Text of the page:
Blowing Blues with Batwa Pygmies in Uganda

Original article at

“Wakoze Kuza,” says Batwa pygmy Chief “Steve” Varaheegwan, welcoming us to his tribal village in the Virunga Mountains of Uganda as Herbert, the vivacious Ugandan liaison, translates. The entire Batwa tribe of about 75 men, women and children stare and I try not to show my surprise at their relatively normal height. These people are certainly not the pygmies I imagined. Herbert later explains that they have intermarried with other tribes.

I’ve just huffed and puffed two hours up an unending hill at an altitude of 8,500 feet to meet this indigenous Ugandan tribe, a cultural visit which the safari lodge where I’m staying, Mt Gahinga Lodge offers to Muzungus (as we foreigners are called by the Ugandans).

The new Batwa cultural program was created by Volcanoes Safaris Partnership Trust to help the Batwa revive their traditions so their history and culture can be better understood by the local communities and by the younger Batwa generation.

The Trust has built a Batwa Heritage Site to show how the tribe used to live in the forest, they’ve constructed a cultural center where the Batwa women learn to sew and make straw baskets, and a cultural dance, singing and drumming performance which I am hoping to see shortly, with the other four Mt. Gahinga Lodge guests who’ve hiked up the mountain with me.

We are still catching our breath when the Chief explains that the tribe will perform the dance ceremony tomorrow for the entire community, on the lawn of Lodge. He offers us a tour of the round huts made from branches and twigs and with thatched roofs. Up until 1992, the Batwa lived in the forest and made their living hunting, foraging for vegetables, and harvesting honey; then the government evicted them and turned their land into a national park.

Now they live as squatters in these drafty huts with no water or electricity or any other necessities we’re used to in the west. Inside, the sparse walls are blackened from cooking. There are no beds, no furniture, just a couple of burned pots and a sleeping space on the bare ground.

As we exit the cramped hut, some children crowd around us, including a little boy wearing a man’s shirt that comes down to his ankles. A girl wearing a torn yellow dress touches my hand and giggles. Both males and females of all ages wear their hair cropped short, and the only way you can tell who’s who is that the girls wear thread worn skirts.

They might be poor, but they look healthy and their smiles are real. Batwa children don’t go to school but often help their parents who eke out a living working in the fields and performing cultural visits. Tomorrow’s dance ceremony, for which they will receive a small sum, helps pay for salt, soap, sheep and goats.

While the dance ceremony helps keep their cultural traditions alive, they also abandoned some customs after leaving the forest, such as praying to their gods. They’ve been introduced to other religions and many, such as Chief Steve, have adopted Christian names. Herbert translates as one of the older men tells me, “Life in the forest was good. We never lacked for anything; we had food, we had medicinal herbs and meat, we had clean water, but now have to buy our water.”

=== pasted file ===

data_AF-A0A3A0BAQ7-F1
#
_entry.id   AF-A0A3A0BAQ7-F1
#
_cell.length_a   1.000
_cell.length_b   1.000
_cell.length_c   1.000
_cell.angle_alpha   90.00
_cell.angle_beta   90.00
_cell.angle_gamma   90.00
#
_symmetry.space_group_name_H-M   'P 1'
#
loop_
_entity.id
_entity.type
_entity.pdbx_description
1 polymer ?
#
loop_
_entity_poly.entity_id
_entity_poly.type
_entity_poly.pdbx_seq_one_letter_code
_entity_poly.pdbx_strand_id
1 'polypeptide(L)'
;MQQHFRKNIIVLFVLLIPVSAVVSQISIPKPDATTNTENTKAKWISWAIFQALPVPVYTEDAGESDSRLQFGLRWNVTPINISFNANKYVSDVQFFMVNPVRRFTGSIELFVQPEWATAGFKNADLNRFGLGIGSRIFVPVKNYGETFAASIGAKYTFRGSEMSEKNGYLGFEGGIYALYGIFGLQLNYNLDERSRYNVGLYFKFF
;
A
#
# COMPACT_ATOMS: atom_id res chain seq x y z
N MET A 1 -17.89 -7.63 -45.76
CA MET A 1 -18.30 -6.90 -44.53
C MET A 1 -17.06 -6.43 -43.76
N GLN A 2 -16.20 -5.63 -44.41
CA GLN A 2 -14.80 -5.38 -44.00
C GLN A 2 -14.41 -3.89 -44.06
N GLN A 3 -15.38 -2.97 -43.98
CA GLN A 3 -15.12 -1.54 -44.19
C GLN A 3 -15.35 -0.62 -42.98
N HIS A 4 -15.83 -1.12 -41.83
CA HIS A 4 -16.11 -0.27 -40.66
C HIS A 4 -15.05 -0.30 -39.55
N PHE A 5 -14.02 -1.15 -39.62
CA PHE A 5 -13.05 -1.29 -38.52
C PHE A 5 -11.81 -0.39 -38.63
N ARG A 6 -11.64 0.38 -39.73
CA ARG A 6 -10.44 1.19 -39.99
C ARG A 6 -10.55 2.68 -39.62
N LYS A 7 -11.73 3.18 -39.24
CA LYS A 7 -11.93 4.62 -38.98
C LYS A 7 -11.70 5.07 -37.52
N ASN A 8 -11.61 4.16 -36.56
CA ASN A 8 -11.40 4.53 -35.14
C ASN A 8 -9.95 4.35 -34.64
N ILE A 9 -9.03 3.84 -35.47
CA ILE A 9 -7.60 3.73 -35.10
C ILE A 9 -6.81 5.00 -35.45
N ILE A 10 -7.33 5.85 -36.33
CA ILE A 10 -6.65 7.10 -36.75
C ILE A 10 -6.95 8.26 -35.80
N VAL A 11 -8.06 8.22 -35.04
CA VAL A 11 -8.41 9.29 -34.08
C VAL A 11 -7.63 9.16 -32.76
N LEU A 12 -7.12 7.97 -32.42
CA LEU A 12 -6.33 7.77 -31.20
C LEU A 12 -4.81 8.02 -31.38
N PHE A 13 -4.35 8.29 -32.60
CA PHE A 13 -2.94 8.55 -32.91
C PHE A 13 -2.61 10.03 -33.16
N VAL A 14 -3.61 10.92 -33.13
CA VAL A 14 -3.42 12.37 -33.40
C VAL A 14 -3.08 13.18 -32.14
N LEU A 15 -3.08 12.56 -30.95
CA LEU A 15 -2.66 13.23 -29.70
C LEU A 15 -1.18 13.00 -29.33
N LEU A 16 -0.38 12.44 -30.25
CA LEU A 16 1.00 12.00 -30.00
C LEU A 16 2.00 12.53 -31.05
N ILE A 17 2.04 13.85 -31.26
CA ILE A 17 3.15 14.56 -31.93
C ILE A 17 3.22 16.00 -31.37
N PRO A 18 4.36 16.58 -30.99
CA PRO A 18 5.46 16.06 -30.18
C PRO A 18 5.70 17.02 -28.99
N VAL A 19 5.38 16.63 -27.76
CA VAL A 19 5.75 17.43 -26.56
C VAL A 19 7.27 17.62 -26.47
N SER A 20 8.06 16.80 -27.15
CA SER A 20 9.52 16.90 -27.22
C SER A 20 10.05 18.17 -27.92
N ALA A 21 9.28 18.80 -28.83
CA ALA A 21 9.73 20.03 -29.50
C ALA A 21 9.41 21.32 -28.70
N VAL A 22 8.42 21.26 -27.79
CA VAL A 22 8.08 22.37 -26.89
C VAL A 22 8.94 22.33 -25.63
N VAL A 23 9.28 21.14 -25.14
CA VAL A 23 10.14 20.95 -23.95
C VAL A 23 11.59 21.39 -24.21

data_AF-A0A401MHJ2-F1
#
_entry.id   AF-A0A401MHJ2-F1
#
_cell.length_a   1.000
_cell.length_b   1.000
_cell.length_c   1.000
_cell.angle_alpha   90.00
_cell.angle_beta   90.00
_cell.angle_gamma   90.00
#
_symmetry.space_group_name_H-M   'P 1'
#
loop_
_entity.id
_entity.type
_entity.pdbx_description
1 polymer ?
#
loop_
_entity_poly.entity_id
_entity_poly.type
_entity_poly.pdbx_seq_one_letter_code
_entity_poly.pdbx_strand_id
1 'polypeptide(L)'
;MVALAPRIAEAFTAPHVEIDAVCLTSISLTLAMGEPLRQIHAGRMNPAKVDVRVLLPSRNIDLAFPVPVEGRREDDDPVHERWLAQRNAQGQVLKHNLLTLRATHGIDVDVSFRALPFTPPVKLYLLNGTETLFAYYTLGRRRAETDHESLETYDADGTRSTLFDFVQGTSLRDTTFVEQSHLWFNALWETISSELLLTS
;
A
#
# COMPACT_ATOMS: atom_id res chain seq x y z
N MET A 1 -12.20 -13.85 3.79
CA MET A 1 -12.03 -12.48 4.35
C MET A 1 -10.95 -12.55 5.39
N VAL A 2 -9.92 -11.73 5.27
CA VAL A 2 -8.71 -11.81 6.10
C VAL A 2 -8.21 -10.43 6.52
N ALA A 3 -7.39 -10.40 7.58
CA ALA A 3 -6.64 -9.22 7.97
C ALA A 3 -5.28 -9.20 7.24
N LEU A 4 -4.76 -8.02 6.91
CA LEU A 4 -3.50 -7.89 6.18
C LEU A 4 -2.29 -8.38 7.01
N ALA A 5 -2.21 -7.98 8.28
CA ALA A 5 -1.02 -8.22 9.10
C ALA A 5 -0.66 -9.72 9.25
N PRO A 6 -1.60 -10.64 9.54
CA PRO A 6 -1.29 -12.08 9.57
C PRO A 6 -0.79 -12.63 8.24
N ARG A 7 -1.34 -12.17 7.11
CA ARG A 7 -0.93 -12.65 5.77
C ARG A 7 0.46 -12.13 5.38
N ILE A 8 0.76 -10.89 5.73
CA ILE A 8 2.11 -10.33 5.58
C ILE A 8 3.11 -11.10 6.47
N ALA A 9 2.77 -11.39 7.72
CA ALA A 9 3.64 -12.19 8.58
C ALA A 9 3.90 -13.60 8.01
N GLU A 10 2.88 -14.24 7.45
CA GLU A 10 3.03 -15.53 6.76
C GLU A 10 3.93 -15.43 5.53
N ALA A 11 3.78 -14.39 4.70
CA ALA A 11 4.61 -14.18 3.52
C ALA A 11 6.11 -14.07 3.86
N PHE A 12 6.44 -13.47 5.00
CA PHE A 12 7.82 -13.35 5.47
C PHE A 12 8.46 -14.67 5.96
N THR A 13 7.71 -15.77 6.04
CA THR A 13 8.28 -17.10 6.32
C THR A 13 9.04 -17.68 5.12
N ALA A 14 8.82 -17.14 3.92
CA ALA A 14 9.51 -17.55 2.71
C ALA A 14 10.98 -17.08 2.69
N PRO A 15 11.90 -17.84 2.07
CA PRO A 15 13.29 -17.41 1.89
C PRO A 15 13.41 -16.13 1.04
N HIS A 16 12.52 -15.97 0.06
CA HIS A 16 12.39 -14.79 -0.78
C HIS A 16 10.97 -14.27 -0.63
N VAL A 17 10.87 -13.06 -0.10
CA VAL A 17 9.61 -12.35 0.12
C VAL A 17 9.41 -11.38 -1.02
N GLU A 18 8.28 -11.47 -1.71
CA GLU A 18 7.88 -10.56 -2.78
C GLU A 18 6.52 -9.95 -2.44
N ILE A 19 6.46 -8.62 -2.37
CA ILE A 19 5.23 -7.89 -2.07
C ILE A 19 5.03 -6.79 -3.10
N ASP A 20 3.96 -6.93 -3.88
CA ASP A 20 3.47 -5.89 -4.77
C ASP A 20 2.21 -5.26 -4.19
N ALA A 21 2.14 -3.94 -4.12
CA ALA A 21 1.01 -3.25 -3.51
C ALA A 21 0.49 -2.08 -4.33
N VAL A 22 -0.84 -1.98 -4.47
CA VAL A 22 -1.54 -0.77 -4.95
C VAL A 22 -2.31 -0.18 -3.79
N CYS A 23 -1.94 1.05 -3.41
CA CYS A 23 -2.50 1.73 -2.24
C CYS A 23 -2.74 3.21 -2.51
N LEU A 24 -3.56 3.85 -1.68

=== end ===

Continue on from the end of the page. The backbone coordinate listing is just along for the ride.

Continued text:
Life was not monetary in the forest, the older man says. “When we left the forest, our first challenge was land.” At first, other tribes received the Batwa because they provided cheap labor, but now it’s difficult for them because the population has increased and there are few jobs for them.

It’s time for a photo opp, and the four of us take turns posing for photos with the tribe. Then Herbert announces we’re leaving. It’s not as though going back down will be a hardship –the scenery of gigantic extinct volcanoes in every direction is gorgeous, not to mention children waving as they herd goats, women carrying huge bundles of branches on their heads, and men digging in the fields with hoes – the images are priceless and so far removed from my city world. But I’m not ready to leave so soon.

Before the trip, I asked Hohner to make a donation of 30 pink plastic Hohner harmonicas, as I knew they’d be perfect gifts for the Batwa children. But as I do a quick count,I see there are at least 50 kids. How do I decide which ones should get a harmonica?

Hopefully, there will be another opportunity. But I suddenly have an idea. I pull out my own harmonica from my pocket and hold it up. They look curiously, never having seen one, the usual reaction I get when I show people from foreign cultures my little pocket-sized ten-holed instrument.

I began to play harmonica a few years ago, primarily to communicate in tongues I didn’t speak. Music is the universal language, a perfect icebreaker wherever I am. I clap my hands in a rhythm and pantomime that the Batwa should clap with me. Tentatively, they put their hands together.

I play a boogie-woogie and by the third bar, they’re clapping loud, swaying, and tapping their feet on the ground. When I finish, they break out into huge smiles and applaud. I only wish I had enough pink harmonicas for everyone.

Copyright © 2014 by Go Nomad. This article was written by Margie Goldsmith and originally published at

Views expressed in this article are the opinions of the author and do not necessarily reflect the views of The Epoch Times.